A great guffaw as therapy? You're having a laugh
I don't know if you've heard, but the NHS is just a bit short of money. It's real, it's not going away, and it's nothing to laugh about. I spend hours of every day squeezing more out of my budget without compromising the care my patients get. So the idea that something free - in this case laughter - could actually help health might sound too good to be true. In fact, it might be anything but an early April Fool's gag.
There's ample evidence that regular exercise can boost your mood. In the short term, it increases production of endorphins, the 'feelgood' hormone. In the longer term, it boosts energy levels and improves sleep, wards off coughs and colds and cuts your chance of type 2 diabetes, heart attack, stroke and osteoporosis - what's not to like? Yet when I start talking to patients with depression about the benefits of exercise on their mood, they look at me as if I'll suggest anything that will get them out of my consulting room and save my drug budget. Suggesting they have a daily dose of laughter is a step too far even for me.
Yet laughter, like exercise, increases endorphin levels. It also increases oxygenation of the heart and muscles. It can fire up and then cool down your adrenaline levels, leaving you exhilarated but soothed. It may also help relax your muscles, relieving some of the physical symptoms of stress.
Regular doses of laughter can help with the production of the body's own natural painkillers. This in turn can relieve muscle spasms, reducing the vicious cycle of pain, spasm and more pain found in some conditions affecting the musculoskeletal system. It's difficult to test for certain whether laughter improves your body's immunity to disease. However, there are strong associations between chronic stress and illness, and brain scan research suggests that regular laughter lowers activity in the nerve transmitters that 'light up' in stressful situations.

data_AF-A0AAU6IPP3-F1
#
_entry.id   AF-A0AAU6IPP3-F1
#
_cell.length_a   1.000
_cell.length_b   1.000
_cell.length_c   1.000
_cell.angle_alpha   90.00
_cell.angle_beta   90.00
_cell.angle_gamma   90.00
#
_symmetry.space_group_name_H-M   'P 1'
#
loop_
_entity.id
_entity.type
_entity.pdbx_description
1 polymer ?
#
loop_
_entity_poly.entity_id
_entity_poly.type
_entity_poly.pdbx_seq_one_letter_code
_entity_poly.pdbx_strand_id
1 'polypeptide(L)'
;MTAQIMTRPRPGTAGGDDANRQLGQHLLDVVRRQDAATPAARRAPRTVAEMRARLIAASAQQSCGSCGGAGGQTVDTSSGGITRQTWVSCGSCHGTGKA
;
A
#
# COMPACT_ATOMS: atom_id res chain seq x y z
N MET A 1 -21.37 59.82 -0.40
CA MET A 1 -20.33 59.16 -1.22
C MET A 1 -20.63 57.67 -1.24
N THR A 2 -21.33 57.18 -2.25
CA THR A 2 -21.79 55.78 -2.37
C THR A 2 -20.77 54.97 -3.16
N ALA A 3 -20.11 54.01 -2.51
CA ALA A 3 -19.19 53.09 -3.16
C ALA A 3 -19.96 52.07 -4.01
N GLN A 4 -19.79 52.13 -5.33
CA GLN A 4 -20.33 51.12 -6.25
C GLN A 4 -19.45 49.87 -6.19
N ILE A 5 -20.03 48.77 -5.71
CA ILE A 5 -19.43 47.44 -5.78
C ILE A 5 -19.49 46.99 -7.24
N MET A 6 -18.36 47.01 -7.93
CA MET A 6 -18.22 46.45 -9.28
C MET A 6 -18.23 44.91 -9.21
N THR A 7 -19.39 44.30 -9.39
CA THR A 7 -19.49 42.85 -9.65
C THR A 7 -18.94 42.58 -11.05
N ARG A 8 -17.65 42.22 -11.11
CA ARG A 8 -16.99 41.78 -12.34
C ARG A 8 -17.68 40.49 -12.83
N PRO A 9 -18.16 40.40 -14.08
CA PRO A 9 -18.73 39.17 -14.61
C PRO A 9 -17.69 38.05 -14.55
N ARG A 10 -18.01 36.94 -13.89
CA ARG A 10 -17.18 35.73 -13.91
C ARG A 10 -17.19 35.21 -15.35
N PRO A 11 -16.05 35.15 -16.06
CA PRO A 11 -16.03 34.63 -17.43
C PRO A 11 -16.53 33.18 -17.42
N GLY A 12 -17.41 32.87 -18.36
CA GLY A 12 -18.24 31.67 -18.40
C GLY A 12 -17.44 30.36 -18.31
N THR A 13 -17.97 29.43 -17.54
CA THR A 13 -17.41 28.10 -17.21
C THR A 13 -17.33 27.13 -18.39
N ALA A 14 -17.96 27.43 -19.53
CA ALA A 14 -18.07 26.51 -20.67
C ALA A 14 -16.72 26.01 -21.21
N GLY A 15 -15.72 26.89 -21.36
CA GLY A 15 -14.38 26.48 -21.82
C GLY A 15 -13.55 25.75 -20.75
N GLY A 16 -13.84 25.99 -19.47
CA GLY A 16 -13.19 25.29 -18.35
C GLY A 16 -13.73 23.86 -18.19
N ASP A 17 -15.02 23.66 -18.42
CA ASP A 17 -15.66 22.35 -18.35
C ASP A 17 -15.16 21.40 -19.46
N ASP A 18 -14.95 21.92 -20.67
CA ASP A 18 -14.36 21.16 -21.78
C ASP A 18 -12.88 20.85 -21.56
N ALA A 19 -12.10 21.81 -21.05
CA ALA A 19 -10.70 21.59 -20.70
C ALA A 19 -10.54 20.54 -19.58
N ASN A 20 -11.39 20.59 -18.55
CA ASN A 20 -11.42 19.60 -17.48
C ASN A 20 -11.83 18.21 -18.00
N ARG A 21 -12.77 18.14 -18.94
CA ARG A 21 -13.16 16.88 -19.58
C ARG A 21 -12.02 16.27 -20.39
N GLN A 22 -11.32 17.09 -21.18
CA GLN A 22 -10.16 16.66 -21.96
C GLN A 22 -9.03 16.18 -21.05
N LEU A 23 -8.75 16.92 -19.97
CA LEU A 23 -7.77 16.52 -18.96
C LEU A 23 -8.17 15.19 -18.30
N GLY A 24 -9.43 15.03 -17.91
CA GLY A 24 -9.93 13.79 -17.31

Of course, the more stressed you are, the less you feel you have to laugh about. But interestingly, the concept of forcing yourself to have fun lies at the root of a well-respected treatment for depression, 'behavioural activation'. Otherwise known as 'acting your way out of depression', behavioural activation recognises that depression often reduces our motivation to do things that give us satisfaction or make us feel good, leading to a vicious spiral of inactivity and low self-esteem.
The ideas behind behavioural activation are simple:
1) You make a diary of the things you are doing on a daily basis now
2) You make three lists of the things you would like to/should be doing, divided into 'necessary, routine and pleasurable'
3) You order these into one big list, ranging from the easiest to achieve (say, sitting down with a crossword for 15 minutes) to the most difficult (such as climbing Mount Kilimanjaro or changing your career). It's essential to mix up the routine and necessary and pleasurable to ensure they're all included
4) Starting with the easy end of the list, you take one activity at a time, spelling out what it is; where and how you will do it; who you'll do it with, if anyone; and what steps you need to complete it.
Success, as they say, breeds success. Achieving the first tasks on your list can spur you on to more, increasing self-esteem and combating the vicious spiral of negative thoughts and low self-esteem that makes depression so hard to cope with.
I'm not suggesting that everyone reading this blog is depressed - but most of us are stressed to some degree. Laughing at the expense of others isn't funny. But making time in your hectic schedule to seek out the lighter side of life could just be good for your health.